She did not believe what has been said. “What’s that? He is abnormal. Isn’t that Augustine who was once longing to hear my voice, unable to miss me for even a day! Now he refuses to see me! He died indeed, for this isn’t Augustine whom I knew before. The speaker is Jesus Christ who works in him. Jesus, are You thus able to kill sin, impurity and lusts and kindle the heart with chastity to the extent that this sinner refuses to meet me? Why don’t You kill my sins so that I may enjoy You now, to live with You in chastity as Augustine?”
The woman through herself at the door and cried sorrowfully, “I also want Jesus, Jesus, Jesus…!”
St. Monica’s Reposing
Augustine stayed six months with some of his friends in Cassisiacum, near Milan, preparing for being baptized. His mother, his son Adeodatus, his brother and Alypius were with him under the supervision of St. Ambrose. In 387 AD they returned to Milan where St. Ambrose baptized him together with his son and his friend. Then they went to Ostia waiting for a ship to take them back to their country. In Ostia, they had been talking about the kingdom of God and His Second Coming. The mother concluded, “Augustine, nothing makes me happy in this life anymore. I hate what’s temporary. I think that God lengthened my life for one reason: to see you saved as a true Christian. Then why should I stay anymore?”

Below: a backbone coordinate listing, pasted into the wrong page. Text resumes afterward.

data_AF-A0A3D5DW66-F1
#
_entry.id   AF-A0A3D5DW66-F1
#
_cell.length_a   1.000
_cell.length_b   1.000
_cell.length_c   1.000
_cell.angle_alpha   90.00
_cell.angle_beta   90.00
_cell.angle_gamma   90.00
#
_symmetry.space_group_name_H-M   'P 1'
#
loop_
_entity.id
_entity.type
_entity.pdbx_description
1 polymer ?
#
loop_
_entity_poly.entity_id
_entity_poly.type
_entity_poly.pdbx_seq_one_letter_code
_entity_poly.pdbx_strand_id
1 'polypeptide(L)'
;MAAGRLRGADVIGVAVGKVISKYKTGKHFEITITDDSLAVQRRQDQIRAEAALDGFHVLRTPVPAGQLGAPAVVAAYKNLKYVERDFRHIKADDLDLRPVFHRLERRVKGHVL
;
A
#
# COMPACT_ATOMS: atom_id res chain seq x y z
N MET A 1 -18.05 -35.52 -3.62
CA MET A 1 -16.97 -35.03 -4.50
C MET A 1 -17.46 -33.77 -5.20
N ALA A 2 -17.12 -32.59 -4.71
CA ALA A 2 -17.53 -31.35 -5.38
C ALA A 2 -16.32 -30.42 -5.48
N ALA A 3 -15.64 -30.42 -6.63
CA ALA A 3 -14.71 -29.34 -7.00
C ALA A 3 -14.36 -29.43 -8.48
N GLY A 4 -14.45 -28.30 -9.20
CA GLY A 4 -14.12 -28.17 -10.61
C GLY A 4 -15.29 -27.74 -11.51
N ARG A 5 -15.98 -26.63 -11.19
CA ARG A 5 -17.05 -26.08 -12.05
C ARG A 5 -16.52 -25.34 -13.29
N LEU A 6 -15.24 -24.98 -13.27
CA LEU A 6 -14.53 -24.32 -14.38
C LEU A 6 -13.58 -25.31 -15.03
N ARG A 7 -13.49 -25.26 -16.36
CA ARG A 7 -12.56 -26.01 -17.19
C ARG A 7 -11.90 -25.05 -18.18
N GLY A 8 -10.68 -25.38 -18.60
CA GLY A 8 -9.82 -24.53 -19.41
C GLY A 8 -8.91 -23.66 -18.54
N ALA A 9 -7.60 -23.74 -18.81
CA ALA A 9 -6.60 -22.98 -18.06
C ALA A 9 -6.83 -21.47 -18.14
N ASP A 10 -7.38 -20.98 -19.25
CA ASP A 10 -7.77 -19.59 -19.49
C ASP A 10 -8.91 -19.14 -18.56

Five days later she became sick with fever. Finding her two sons in great sorrow, she said, “Wherever I die, bury me there.”
She said so as she no longer desired to be buried with her husband.
Her son Tafikhos answered, “Don’t say that, Mother.”
She looked at him addressing Augustine reproachfully, “Augustine did you hear what your brother said. Sons, don’t be concerned with my body, bury it anywhere. Just pray for me before the Altar.”
Then she closed her eyes, lifted up her heart to God and gave up her pure soul.
Augustine tried not to cry for the physical separation yet, he burst into tears unwillingly and said, “Shouldn’t I mourn, even for an hour, her who used to make her bed swim with her tears for hours for my sake?”
A Conversation with a Wolf